There’s lots to get to know about Biker and the history of his downhill and luge career. Here’s a bief bio on Biker, with info lifted and edited from his Athlete page:

In 1995, a friend introduced Biker Sherlock to street luging and he was hooked. By June 1996, only 8 months after taking upthe sport, Biker competed in the ESPN X-Games, his first professional race and won gold!

In 1996, after early success, Biker successfully sought business opportunities that complimented his competitiveness.  Biker founded and ran Dregs Skateboards, specializing in the sale of street luge equipmentand longboard skateboards. He became president and owner of Extreme Downhill International (EDI), a sanctioning body of downhill skateboarding and street luging. Biker Sherlock was also team leader and owner of Team Dregs, a dominating force in downhill skateboarding. Under Biker€’s leadership, Team Dregs was one of the best downhill racing team in the America.

Biker took EDI to the next level of sport organizing when he served as consultant to NBC Sports and helped organize the inaugural 1999 NBC Gravity Games. Following up with organizing the next few years of games as well.

Biker is the most decorated downhill skateboard and streetluge athlete in the history of the ESPN X-Games (4 gold, 2 silver, and 1 bronze) and NBC Gravity Games (2 gold, 3 silver). In 1998 Biker landed a spot in the Guinness Book of World Records for the most gold medals won at the ESPN X-Games. He still holds the title of 2000 Extreme Downhill International (EDI) Downhiller of the Year and 2000 EDI World Champion Downhill Skateboarder and held the title of EDI National Street Luge Champion from 1996-1999.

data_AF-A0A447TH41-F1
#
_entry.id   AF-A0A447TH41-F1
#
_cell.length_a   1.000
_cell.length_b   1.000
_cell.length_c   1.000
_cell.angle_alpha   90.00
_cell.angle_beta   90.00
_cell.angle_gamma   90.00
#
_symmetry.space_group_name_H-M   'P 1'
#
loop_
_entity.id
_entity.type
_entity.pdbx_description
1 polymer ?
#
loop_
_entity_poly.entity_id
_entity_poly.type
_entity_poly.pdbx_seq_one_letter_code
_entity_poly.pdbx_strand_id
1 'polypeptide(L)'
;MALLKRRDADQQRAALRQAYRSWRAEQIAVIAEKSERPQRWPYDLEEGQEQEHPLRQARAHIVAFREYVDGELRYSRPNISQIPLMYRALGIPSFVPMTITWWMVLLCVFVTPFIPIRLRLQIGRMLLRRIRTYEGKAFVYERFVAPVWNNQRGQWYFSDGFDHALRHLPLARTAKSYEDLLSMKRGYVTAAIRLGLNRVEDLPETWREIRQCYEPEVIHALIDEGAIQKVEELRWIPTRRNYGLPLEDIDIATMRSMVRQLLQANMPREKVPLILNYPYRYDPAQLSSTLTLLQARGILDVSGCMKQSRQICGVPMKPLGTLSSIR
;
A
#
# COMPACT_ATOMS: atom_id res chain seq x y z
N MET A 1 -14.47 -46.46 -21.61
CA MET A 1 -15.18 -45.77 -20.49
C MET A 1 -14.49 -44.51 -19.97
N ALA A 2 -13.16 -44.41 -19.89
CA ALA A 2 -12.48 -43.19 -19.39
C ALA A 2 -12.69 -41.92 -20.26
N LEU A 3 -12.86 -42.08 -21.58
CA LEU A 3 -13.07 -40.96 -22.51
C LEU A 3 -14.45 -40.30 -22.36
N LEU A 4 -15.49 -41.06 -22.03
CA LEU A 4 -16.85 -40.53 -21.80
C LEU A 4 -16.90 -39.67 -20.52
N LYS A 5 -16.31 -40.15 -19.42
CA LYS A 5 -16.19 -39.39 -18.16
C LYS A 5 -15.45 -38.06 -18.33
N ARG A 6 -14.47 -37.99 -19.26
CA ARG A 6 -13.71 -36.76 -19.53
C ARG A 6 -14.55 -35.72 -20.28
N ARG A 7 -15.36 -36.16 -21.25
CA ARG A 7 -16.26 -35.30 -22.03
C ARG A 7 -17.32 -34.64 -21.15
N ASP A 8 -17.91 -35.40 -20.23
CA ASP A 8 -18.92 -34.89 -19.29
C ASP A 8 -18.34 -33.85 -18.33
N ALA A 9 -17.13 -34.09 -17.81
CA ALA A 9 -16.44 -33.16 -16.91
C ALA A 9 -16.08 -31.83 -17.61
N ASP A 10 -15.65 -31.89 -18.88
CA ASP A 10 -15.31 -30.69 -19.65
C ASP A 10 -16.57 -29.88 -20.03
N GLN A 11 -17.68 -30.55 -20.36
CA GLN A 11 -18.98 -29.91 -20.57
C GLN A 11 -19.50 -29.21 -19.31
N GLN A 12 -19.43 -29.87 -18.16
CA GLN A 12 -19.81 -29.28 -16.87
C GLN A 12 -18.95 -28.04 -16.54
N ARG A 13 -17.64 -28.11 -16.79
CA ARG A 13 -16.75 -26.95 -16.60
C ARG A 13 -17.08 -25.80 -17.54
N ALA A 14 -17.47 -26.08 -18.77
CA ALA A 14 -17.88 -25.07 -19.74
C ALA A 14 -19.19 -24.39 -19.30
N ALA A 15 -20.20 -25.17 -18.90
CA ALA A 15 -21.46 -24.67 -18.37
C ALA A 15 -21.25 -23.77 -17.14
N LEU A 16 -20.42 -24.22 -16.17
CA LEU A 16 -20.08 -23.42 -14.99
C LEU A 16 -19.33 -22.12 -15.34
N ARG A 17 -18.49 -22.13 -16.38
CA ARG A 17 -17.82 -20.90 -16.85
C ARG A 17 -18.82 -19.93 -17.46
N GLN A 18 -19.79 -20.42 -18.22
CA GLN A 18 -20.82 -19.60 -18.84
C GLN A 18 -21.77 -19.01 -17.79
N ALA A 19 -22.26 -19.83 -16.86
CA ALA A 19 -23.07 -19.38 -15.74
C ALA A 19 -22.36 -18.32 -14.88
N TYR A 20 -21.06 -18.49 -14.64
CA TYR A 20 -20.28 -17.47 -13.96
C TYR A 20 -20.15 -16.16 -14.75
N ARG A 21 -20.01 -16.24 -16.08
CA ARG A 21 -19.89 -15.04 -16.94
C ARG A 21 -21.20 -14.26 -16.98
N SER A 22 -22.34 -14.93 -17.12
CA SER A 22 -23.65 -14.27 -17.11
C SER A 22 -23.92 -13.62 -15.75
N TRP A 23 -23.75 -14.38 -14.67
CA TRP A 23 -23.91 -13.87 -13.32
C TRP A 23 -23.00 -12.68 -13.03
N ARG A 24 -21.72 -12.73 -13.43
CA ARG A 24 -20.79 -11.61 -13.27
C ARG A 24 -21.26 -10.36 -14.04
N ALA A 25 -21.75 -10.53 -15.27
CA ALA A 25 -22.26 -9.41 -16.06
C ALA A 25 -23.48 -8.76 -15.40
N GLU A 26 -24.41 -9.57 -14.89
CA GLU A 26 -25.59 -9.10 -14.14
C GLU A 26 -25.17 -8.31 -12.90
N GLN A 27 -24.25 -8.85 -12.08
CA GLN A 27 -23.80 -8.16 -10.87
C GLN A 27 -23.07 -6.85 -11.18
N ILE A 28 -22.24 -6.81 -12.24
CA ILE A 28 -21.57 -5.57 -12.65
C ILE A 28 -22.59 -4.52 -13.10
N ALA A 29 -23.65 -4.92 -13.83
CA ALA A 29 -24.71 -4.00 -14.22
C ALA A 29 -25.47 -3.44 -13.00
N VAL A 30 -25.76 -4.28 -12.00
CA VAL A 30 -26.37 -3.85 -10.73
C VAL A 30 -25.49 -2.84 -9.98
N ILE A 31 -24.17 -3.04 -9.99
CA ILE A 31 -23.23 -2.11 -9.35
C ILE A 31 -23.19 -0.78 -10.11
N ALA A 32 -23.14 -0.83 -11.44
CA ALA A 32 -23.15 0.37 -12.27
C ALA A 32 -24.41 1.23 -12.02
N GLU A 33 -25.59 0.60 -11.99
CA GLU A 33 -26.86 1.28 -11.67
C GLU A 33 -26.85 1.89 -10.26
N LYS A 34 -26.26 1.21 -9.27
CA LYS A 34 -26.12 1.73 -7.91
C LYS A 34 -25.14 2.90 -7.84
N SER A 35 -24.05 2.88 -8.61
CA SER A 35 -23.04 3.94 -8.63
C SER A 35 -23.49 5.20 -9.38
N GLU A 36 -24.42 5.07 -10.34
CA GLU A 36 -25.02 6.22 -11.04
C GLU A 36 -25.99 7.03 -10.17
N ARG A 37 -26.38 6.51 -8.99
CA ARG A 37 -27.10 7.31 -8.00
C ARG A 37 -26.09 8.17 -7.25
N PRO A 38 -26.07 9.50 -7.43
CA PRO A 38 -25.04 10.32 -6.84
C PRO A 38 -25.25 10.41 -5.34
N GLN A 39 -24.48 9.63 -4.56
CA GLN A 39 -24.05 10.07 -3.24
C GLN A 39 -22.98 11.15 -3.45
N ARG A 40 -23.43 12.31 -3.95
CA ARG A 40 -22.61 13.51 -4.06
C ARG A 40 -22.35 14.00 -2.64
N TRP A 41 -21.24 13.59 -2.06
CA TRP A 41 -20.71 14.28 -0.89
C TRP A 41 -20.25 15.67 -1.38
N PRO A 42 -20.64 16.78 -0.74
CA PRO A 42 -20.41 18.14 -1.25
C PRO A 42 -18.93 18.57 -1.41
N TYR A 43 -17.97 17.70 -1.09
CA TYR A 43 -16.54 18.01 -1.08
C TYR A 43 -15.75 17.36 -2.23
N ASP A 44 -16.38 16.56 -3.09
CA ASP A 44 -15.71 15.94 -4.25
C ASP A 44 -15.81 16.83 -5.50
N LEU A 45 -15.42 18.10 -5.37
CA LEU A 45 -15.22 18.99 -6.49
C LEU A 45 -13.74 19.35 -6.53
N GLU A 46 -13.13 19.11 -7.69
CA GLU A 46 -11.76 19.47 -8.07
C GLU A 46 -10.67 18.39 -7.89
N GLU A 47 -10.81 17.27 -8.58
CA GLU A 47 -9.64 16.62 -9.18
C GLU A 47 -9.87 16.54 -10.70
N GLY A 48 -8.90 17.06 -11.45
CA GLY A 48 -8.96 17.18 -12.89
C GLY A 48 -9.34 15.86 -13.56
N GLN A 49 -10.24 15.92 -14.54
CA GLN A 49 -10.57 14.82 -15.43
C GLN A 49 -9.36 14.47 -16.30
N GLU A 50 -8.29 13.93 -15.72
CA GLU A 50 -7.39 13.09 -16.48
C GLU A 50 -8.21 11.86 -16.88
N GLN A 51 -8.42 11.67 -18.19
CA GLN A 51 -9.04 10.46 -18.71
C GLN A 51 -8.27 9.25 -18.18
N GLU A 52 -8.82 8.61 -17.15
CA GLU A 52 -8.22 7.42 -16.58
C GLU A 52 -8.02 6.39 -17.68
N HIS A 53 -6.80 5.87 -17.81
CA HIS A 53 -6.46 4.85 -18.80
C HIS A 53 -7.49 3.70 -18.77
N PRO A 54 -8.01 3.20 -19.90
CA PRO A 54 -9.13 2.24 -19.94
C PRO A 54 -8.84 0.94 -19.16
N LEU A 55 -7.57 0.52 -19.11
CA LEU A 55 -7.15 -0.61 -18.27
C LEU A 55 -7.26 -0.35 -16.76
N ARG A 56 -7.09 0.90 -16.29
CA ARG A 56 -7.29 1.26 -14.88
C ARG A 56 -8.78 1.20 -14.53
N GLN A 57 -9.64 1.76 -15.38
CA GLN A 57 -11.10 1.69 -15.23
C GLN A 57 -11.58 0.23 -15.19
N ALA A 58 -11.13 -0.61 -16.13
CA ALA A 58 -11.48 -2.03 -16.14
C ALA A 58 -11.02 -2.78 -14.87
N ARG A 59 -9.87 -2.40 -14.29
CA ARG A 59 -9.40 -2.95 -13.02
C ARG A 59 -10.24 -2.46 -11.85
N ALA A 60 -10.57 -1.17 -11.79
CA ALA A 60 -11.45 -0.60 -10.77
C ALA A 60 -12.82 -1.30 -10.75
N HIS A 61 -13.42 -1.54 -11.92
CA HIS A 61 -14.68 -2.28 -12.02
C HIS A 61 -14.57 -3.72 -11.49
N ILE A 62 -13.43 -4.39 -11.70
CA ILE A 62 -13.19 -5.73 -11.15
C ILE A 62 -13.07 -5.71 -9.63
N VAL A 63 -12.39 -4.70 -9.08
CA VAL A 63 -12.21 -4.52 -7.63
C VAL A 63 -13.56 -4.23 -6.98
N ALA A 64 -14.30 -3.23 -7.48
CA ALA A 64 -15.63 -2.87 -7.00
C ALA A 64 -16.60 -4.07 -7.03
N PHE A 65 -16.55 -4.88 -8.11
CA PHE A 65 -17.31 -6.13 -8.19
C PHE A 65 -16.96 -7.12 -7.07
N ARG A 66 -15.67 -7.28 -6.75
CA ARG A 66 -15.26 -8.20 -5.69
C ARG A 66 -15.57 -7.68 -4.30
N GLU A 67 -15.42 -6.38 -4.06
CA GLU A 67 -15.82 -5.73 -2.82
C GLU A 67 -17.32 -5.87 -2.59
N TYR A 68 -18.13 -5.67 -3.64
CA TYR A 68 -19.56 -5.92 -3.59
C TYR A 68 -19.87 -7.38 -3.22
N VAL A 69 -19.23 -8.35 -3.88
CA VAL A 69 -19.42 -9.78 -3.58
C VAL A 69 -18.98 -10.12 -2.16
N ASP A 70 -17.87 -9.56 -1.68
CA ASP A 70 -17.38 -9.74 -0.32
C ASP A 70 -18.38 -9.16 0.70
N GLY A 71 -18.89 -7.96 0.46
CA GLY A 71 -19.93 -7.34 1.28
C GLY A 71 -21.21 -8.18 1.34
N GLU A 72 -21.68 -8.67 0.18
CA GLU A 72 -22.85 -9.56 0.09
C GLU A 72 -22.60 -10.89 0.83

Many of the people that are a part of our history are actively still in the game and still making an impact. I recommend checking out the Signal Hill Speed Run documentary from Tunnel Skateboards and all the great history in that film.  The DVD is now available and I watched it the other night and it’s great, it’s easy to get by emailing Tunnel. With that, I also like to recommend checking out Jack Smith. Jack is a legend in his own rights having competed at Signal Hill and skated across America more times than anyone, but he is also curating the history of Skateboarding for us all at the Morro Bay Skate Museum. Not only do you get to know Jack, but he’s making sure we can remember Biker, Gary and others we’ve lost with the next generation.

With that, I’ll leave it with another Biker video.

Rest in Peace Biker Sherlock.


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  1. Mike Moore

    After the recent Dave Mirra revelation (CTE), I'm curious if Biker, or his family did any investigation into this?

    I'd done some work with now defunct International Longboarder Magazine, and Concrete Wave magazine, and had had some trivial conversations with Biker, mostly on a Dregs Product line level of conversation. He was "a dude".My initial idea was that he would be a tool, but I was FAR from wrong, no bullshit or pretense, straight up good guy.

    I hope the family can find some closure, and have some comfort in the postive ways Biker impacted people.